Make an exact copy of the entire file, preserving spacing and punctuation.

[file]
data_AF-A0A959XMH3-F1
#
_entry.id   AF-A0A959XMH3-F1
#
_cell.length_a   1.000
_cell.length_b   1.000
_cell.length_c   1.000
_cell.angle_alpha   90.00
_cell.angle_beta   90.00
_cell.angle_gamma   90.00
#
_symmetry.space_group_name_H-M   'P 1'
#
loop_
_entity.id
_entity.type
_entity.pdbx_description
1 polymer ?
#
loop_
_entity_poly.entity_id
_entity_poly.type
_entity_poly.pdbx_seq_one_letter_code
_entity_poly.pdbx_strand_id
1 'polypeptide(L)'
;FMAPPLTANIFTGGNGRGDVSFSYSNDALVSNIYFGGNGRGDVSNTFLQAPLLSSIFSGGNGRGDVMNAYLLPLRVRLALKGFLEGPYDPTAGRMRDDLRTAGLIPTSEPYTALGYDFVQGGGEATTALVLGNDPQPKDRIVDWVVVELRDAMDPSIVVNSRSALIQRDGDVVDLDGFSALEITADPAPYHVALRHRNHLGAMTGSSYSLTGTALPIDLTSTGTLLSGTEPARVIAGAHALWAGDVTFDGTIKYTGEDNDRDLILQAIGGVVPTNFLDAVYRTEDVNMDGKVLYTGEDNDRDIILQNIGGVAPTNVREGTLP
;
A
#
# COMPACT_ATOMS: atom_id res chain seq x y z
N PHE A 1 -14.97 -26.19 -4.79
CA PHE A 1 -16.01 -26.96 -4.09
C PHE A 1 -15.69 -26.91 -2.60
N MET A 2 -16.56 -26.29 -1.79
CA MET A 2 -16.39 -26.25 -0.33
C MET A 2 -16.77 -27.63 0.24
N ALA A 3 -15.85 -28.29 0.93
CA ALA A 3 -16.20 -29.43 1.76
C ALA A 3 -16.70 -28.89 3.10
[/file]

data_AF-A0A959XMH3-F1
#
_entry.id   AF-A0A959XMH3-F1
#
_cell.length_a   1.000
_cell.length_b   1.000
_cell.length_c   1.000
_cell.angle_alpha   90.00
_cell.angle_beta   90.00
_cell.angle_gamma   90.00
#
_symmetry.space_group_name_H-M   'P 1'
#
loop_
_entity.id
_entity.type
_entity.pdbx_description
1 polymer ?
#
loop_
_entity_poly.entity_id
_entity_poly.type
_entity_poly.pdbx_seq_one_letter_code
_entity_poly.pdbx_strand_id
1 'polypeptide(L)'
;FMAPPLTANIFTGGNGRGDVSFSYSNDALVSNIYFGGNGRGDVSNTFLQAPLLSSIFSGGNGRGDVMNAYLLPLRVRLALKGFLEGPYDPTAGRMRDDLRTAGLIPTSEPYTALGYDFVQGGGEATTALVLGNDPQPKDRIVDWVVVELRDAMDPSIVVNSRSALIQRDGDVVDLDGFSALEITADPAPYHVALRHRNHLGAMTGSSYSLTGTALPIDLTSTGTLLSGTEPARVIAGAHALWAGDVTFDGTIKYTGEDNDRDLILQAIGGVVPTNFLDAVYRTEDVNMDGKVLYTGEDNDRDIILQNIGGVAPTNVREGTLP
;
A
#
# COMPACT_ATOMS: atom_id res chain seq x y z
N PHE A 1 -14.97 -26.19 -4.79
CA PHE A 1 -16.01 -26.96 -4.09
C PHE A 1 -15.69 -26.91 -2.60
N MET A 2 -16.56 -26.29 -1.79
CA MET A 2 -16.39 -26.25 -0.33
C MET A 2 -16.77 -27.63 0.24
N ALA A 3 -15.85 -28.29 0.93
CA ALA A 3 -16.20 -29.43 1.76
C ALA A 3 -16.70 -28.89 3.10